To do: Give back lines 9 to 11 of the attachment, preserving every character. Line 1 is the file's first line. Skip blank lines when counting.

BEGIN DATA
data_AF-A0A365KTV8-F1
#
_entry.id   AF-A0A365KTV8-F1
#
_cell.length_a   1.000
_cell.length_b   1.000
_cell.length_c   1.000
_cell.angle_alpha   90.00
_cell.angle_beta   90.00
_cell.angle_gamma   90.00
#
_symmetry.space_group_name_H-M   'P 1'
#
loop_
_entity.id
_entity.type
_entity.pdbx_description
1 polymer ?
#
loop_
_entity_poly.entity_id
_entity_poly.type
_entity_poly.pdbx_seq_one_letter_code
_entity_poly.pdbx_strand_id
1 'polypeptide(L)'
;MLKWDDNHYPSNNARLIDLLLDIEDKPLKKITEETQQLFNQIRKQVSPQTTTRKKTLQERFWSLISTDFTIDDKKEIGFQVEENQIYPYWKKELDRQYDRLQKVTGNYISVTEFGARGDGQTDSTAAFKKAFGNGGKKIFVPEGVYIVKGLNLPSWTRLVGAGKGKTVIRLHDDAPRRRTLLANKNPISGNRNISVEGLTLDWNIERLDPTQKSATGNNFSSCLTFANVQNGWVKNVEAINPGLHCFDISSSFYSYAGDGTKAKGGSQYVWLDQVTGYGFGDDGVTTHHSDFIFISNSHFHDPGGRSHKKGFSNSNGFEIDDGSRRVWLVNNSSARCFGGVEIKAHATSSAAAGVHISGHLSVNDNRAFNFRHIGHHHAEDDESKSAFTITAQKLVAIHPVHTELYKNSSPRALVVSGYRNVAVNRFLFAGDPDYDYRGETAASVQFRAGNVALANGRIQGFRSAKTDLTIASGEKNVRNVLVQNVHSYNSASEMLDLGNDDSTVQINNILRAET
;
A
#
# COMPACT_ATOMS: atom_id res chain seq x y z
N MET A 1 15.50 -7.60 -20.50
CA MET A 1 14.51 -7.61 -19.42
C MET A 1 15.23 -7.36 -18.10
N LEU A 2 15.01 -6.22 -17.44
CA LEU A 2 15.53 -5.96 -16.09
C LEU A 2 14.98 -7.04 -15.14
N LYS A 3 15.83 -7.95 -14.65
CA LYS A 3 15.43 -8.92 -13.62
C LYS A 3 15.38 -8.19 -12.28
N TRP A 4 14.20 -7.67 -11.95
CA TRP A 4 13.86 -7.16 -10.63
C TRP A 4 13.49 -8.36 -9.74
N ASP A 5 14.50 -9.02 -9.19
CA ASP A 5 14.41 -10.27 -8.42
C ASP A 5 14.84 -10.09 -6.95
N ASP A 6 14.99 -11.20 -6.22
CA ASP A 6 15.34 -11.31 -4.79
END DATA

_cell.angle_beta   90.00
_cell.angle_gamma   90.00
#